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2014 Nissan Leaf Electric Car: 84-Mile Range, RearView Monitor Standard

The 2014 Nissan Leaf is now rolling off the assembly lines in Tennessee, and the first examples should arrive at dealerships this week or next.

Now, after a long wait, we have information on the updates to the electric car for the new model year.

Rated range rises to 84 miles

Most importantly to new buyers, the range of the 2014 Leaf is now listed as 84 miles, up from last year’s 76 miles

That number seems like a significant improvement, but in fact the only change made to the car is the elimination of a software option that let owners set battery charging to stop at 80 percent.

In other words, the 2014 car has exactly the same battery, drivetrain, and real-world range as the 2013–only its EPA range rating has changed.

Changing the rating math

Nissan made the change because last year, under EPA rules, the ability to charge only to 80 percent (which may help lengthen battery life) required the company to blend of the ranges achieved under 80-percent and 100-percent charging.

That meant the range of last year’s Leaf was rated at 75 miles–barely higher than the 73 miles of previous model years, despite a number of electronic and mechanical improvements to 2013 cars that Nissan said significantly improved real-world range.

This year’s range rating of 84 miles thus reflects the range the company feels owners in temperate climates are likely to achieve.

The 2014 Leaf’s combined MPGe efficiency rating is114 MPGe, down incrementally from last year’s 115 MPGe. The unit, standing for Miles Per Gallon Equivalent, measures the distance a car can travel electrically on the amount of energy contained in 1 gallon of gasoline.
The 2014 Nissan Leaf is now rolling off the assembly lines in Tennessee, and the first examples should arrive at dealerships this week or next.

Now, after a long wait, we have information on the updates to the electric car for the new model year.

Rated range rises to 84 miles

Most importantly to new buyers, the range of the 2014 Leaf is now listed as 84 miles, up from last year’s 76 miles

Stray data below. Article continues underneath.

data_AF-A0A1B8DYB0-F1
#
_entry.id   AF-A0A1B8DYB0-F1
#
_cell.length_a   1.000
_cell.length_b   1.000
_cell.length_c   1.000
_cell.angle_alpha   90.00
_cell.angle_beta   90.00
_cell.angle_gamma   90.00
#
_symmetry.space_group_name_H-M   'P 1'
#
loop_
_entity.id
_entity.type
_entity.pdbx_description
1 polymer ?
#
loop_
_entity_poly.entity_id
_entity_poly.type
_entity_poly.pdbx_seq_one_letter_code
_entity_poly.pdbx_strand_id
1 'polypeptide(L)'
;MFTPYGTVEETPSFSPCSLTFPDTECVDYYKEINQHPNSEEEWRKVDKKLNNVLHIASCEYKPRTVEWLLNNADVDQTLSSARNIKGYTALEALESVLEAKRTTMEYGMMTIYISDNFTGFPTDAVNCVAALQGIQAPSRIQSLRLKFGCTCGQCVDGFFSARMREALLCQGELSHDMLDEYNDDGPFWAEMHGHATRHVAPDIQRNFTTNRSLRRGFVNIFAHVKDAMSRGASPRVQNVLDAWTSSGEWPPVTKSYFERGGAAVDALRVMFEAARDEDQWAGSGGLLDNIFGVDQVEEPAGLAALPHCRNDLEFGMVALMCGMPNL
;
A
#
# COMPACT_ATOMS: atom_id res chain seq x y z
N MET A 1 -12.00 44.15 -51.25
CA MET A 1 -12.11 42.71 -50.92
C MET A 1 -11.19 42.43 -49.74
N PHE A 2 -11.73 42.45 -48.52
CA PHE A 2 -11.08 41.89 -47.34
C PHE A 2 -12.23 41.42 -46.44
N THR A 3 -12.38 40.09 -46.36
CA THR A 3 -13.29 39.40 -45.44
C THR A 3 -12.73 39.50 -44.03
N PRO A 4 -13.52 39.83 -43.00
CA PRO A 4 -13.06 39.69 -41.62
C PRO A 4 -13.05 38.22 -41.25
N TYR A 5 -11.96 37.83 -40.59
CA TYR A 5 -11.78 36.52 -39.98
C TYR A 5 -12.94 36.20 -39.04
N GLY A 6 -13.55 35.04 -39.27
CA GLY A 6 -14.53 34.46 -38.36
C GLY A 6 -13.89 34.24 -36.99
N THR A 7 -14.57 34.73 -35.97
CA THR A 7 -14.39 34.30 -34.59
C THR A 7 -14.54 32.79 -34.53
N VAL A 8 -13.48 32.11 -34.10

That number seems like a significant improvement, but in fact the only change made to the car is the elimination of a software option that let owners set battery charging to stop at 80 percent.

In other words, the 2014 car has exactly the same battery, drivetrain, and real-world range as the 2013–only its EPA range rating has changed.

Changing the rating math

Nissan made the change because last year, under EPA rules, the ability to charge only to 80 percent (which may help lengthen battery life) required the company to blend of the ranges achieved under 80-percent and 100-percent charging.

That meant the range of last year’s Leaf was rated at 75 miles–barely higher than the 73 miles of previous model years, despite a number of electronic and mechanical improvements to 2013 cars that Nissan said significantly improved real-world range.

This year’s range rating of 84 miles thus reflects the range the company feels owners in temperate climates are likely to achieve.

The 2014 Leaf’s combined MPGe efficiency rating is114 MPGe, down incrementally from last year’s 115 MPGe. The unit, standing for Miles Per Gallon Equivalent, measures the distance a car can travel electrically on the amount of energy contained in 1 gallon of gasoline.
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